Say goodbye to the Vaquita

Here’s an animal to meet while you still can! The vaquita (Spanish for “little cow”). The few vaquitas that are still alive reside in the northern part of the Gulf of California. They’re the smallest members of the dolphin and whale (cetacean) family. There’s about 30 of them left, so they’ll probably become extinct pretty soon. 

Let’s meet one now:

There were about 60 left at the time of this photo (in late September, 2016)


So, why are these cute little cetaceans disappearing? Gill nets! In Mexico, fishermen use gill nets to harvest shrimp in the vaquita’s territory. You can learn more about it at

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Easy. There’s another reason that got the swimming little cow on the brink. A fish that’s also endangered called the totoboa (or rather, the totoboa’s falsely medicinal swim bladder):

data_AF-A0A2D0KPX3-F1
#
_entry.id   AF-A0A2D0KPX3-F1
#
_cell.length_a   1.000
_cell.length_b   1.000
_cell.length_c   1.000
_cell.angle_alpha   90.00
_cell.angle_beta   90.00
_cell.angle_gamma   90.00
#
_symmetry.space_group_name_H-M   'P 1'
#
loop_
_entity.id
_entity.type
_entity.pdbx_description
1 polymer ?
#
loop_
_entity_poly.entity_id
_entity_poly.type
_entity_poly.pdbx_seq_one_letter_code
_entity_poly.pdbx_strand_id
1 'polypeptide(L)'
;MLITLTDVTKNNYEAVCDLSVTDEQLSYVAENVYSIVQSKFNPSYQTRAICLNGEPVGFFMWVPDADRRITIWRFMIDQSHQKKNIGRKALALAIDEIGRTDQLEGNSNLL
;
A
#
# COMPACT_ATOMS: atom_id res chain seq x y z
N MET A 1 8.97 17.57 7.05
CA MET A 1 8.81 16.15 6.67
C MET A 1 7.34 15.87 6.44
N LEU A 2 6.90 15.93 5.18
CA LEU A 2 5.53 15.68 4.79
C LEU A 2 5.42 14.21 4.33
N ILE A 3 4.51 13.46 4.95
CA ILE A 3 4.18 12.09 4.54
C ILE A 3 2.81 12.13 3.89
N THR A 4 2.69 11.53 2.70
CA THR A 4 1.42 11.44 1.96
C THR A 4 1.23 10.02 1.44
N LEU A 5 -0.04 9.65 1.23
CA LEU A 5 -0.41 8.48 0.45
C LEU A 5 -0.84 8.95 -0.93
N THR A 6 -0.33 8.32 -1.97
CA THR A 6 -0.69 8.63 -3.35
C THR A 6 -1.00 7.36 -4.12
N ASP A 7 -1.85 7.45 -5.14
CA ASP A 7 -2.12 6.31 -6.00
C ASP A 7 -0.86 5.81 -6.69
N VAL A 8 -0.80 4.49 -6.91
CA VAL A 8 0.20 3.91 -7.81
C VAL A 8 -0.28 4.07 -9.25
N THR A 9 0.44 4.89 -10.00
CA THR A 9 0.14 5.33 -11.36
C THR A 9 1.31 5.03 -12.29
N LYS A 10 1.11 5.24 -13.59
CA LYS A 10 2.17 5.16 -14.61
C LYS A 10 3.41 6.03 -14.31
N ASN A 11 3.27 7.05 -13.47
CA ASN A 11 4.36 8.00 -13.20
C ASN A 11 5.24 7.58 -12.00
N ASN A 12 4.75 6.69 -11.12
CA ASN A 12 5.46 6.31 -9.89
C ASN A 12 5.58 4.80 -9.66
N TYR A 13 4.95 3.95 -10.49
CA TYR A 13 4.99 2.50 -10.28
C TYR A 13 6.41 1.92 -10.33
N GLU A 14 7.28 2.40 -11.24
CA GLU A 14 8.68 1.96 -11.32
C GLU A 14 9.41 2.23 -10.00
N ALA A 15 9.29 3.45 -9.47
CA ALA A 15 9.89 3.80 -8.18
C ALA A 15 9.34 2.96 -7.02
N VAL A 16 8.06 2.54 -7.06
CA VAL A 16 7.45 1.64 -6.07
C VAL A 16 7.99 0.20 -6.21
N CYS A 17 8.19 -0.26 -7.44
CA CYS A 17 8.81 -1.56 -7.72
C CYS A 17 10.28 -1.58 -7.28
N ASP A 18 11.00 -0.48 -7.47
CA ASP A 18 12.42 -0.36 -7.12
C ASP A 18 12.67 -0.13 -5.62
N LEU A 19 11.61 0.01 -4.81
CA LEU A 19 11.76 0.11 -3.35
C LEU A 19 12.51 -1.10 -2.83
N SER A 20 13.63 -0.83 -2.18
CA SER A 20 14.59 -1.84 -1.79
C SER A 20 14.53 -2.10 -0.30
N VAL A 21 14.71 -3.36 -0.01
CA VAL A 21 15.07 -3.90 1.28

UNDERDONE Vaquita-totoboa
The totoaba and vaquita are tangled together in the Sea of Cortez as they struggle against extinction. The totoaba is illegally fished for its very expensive swim bladder. Eastern medicine says that its dried swim bladder is helpful for skin and circulatory problems. The high price that this poaching can get often snags our little friend the vaquita. The illegal poaching, plus the fact that the totoaba needs fresh water to breed but can’t get enough because of the trickle that now drips in from the mouth of the Colorado Rive,r doesn’t bode well for the survival of either animal.

Good luck little vaquita!

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